Friday, September 4, 2009

Palliative vs. transformative: An example.

There are different ways for movements (for example, feminism) to have impacts on society. Two types of impacts are:

  • Palliative impact--A movement has palliative impact when it improves things for a few people but the long term effect is minimal or even backfires.

  • Transformative impact--A movement has transformative impact when it shakes society to its foundation, causing the new society to barely resemble the old one.


Both types of impacts have their places, but it's only the truly transformative ones that can break us out of the rut we are in and give us a chance to truly become great--or horrible (not all transformative movements are positive).

Two separate feminist movements can clue us into the difference.

The first example is the feminism of the early 20th century, often called "first-wave" feminism. This was clearly transformative. The most obvious transformation is universal suffrage. But, also, the fact that women have legal and social identity apart from their fathers and husbands--that is gigantic. There are other less ground-shaking things--the value of women's higher education, the idea that a woman can be a boss, etc. For women, the world of 1909 is fundamentally different from the world of 2009. That's transformation, baby.

Then there is the "Baby Boomer" feminism, often called "second wave". The members of this movement often set out to be transformative, but it turns out that it was a palliative movement. Some women were empowered to really unleash their feminine power, some women were better protected from abuse by men, some women found improved sexual liberation. But was it transformative? Not really. Things might be different in some ways for women in 2009 vs. 1979, but, eh, in many ways things have gotten worse for women. Second-wave feminism is clearly palliative (among other things).

About the only transformative effect it could possibly have is if same-sex marriage becomes more generally accepted, or even "normalized." But even if that happens, it has to share credit with what we could call, for lack of a better term, the "queer rights" movement. That movement, by the way, is definitely transformative. The world for queer people in 2009 is substantially different than it was in 1969.

What I see right now is a lot of palliative movements--or worse, retrograde, reactionary movements that diminish us as humans rather than making us better. The new resurgence of somewhat progressive politics in this country? Palliative at best, and reactionaries are trying as hard as they can to minimize the palliative impact. But even if the progressives win, will things really change? Hardly.

It's time for transformation. Transformation could really make things a lot better. Or it could do us in entirely. What I don't want to see is something that simply makes our misery more tolerable. That is stupid bullshit that I've seen my entire life and am sick of. Let's tear it apart and rebuild it. It's the only way. We may fail, and we may all die as a result. But are we really living now? No, not really.

Unfortunately, I have no idea where to begin. I guess maybe we begin by making people agree with my thought model--that this world sucks and we might be able to change it by transforming it in some way, hopefully making it better.

3 comments:

lizw said...

I agree that transformation is needed, but I'm not convinced that first-wave feminism was transformative. It made it easier for women to participate in the existing social structures, but those structures themselves remained hierarchical and unjust. To be truly transformative, I believe our thinking needs to be more intersectional. It needs to address issues of class, racism, ableism and cisgender privilege at the same time as issues of sexism.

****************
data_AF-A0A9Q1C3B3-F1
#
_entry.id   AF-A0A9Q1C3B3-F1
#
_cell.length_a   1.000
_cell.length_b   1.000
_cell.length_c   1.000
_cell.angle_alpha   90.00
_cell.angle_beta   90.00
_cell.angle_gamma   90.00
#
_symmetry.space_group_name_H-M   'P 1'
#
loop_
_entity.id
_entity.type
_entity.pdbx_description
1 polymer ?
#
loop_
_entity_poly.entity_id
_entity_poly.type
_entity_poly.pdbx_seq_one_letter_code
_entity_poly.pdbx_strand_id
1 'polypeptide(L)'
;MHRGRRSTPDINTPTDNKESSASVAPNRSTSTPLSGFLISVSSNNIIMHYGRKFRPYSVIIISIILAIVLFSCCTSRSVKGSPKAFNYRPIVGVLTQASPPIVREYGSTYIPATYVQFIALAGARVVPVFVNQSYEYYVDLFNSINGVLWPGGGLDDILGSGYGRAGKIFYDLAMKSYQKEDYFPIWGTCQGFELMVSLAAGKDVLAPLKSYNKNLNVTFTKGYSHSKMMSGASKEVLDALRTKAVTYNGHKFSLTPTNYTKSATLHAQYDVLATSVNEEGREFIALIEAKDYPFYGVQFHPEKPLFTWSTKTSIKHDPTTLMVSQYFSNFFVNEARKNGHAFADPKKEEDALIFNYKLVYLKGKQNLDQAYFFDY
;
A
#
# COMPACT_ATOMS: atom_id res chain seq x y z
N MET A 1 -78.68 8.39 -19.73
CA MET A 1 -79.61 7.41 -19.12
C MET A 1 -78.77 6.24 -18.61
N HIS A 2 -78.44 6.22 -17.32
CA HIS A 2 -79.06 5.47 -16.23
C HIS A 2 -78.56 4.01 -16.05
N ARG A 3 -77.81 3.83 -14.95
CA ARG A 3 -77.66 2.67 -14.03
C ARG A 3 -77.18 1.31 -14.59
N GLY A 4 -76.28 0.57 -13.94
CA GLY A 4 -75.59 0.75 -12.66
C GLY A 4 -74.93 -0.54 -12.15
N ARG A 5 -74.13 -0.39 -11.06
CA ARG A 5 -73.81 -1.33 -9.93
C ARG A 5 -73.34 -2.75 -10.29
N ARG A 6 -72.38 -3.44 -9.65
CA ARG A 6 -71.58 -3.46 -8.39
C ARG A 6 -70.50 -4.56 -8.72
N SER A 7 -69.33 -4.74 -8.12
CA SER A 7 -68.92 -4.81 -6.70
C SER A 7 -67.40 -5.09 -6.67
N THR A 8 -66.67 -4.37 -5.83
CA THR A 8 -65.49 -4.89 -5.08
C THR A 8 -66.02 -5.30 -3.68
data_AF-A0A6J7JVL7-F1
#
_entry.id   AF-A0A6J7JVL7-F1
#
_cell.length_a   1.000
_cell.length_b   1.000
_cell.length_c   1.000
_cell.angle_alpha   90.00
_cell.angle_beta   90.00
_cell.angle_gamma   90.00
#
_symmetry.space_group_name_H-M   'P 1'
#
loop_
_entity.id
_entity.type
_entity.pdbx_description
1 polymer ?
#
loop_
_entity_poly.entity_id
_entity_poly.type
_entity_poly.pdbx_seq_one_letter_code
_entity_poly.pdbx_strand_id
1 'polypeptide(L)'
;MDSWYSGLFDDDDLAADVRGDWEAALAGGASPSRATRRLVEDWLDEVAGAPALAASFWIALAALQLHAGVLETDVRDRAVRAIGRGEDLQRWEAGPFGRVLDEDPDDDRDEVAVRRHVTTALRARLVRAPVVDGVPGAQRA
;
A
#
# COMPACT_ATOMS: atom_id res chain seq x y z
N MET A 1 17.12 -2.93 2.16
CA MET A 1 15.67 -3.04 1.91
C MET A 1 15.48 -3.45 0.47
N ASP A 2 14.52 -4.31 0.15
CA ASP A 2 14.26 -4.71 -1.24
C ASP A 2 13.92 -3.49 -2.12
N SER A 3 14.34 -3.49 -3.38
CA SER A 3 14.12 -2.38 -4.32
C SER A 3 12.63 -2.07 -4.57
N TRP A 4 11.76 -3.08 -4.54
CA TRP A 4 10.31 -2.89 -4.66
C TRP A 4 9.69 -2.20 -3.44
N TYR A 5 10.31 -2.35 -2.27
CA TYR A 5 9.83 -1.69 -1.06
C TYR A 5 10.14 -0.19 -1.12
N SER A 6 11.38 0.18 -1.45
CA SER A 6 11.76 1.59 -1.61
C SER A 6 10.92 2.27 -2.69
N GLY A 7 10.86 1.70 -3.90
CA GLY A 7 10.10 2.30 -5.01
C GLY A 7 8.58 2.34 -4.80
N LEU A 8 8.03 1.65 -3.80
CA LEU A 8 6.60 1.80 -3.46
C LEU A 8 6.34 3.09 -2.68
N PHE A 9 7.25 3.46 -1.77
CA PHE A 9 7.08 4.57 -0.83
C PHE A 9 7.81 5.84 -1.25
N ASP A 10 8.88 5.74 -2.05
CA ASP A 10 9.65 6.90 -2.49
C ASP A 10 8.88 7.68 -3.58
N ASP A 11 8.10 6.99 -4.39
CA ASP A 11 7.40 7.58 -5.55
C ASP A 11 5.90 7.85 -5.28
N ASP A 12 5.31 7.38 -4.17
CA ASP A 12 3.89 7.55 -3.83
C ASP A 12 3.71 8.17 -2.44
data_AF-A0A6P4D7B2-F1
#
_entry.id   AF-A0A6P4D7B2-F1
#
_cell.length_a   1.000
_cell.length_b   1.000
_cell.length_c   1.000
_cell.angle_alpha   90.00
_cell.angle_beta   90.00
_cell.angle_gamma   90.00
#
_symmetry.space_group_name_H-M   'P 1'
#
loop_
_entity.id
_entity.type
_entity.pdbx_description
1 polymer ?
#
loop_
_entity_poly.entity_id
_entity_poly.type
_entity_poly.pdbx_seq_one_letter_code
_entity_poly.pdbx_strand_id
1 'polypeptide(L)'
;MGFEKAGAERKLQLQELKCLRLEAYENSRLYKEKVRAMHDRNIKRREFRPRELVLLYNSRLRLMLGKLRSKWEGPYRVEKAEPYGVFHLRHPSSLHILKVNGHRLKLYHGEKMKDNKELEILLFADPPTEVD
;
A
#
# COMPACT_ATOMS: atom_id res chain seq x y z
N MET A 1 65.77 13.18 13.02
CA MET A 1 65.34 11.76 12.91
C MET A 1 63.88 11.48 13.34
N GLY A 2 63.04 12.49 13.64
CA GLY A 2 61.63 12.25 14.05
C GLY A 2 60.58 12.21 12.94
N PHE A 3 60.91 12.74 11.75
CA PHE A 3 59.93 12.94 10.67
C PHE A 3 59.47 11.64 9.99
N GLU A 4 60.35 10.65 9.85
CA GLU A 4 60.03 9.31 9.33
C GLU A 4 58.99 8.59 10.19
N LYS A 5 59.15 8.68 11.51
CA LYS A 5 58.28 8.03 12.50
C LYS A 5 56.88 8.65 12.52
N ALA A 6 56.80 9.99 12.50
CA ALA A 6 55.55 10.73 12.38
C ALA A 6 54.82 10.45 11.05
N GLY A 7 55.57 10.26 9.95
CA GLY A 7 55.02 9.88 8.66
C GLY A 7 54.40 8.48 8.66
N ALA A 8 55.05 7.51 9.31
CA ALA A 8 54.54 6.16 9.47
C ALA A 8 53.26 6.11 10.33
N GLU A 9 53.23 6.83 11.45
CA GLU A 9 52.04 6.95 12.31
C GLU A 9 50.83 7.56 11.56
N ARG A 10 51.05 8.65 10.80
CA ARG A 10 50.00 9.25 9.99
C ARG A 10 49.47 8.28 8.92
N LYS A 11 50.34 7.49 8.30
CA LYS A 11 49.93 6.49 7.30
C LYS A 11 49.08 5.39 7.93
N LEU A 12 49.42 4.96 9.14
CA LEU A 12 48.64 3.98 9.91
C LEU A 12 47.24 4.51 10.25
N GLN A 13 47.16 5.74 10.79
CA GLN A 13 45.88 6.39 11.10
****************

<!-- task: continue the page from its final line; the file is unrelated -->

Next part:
April said...

Margaret and I discussed feminism and the "waves" the other day. We decided that the first wave gave women the right to vote. That was absolutely transformative. It didn't happen overnight of course.

The second wave gave women rights over their bodies-reproductive rights. That was also absolutely transformative.

The third wave? Still in the making but with all the discussions and insistence on the intersectionality of oppressions, I believe the transformation will finally come for the marginalized, and non-white. Finally?

Charles said...

@LizW--Well, first-wave feminism was transformative in its domain, but other things were afoot at the same time that transformed the world in other ways--not at all good ways, either.

These things are difficult to classify, and that makes them difficult (for me, at least) to think about. One thing I would like is a way to think about things without having to classify them. But I don't really like what I have to work with along those lines.

@April--The problem with "wave" theory is that it's hard to separate the first wave from the second wave. I consider both movements you mention as part of the first wave. The struggle for reproductive rights began at the same time as the struggle for suffrage, but you are right, it's difficult to decide where to draw the line.

In my opinion, the Second Wave begins with Betty Friedan's book The Feminine Mystique. It overlaps with the First Wave at that point, which itself ends rather abruptly with the failure of the Equal Rights Amendment in the 70s.

The Second Wave continues until the end of the Riot Grrrl movement, which marks the transition into the Third Wave--something that is difficult to describe at all.

But, as you say, these things can be fiercely debated. Feminism was merely an example, though. You can think of other things that show palliative vs. transformative impacts. And those are not the only two types of impacts, either. You can have dystopic ones, like, say, Marxism-Leninism, consumerism, globalism, and genetic engineering.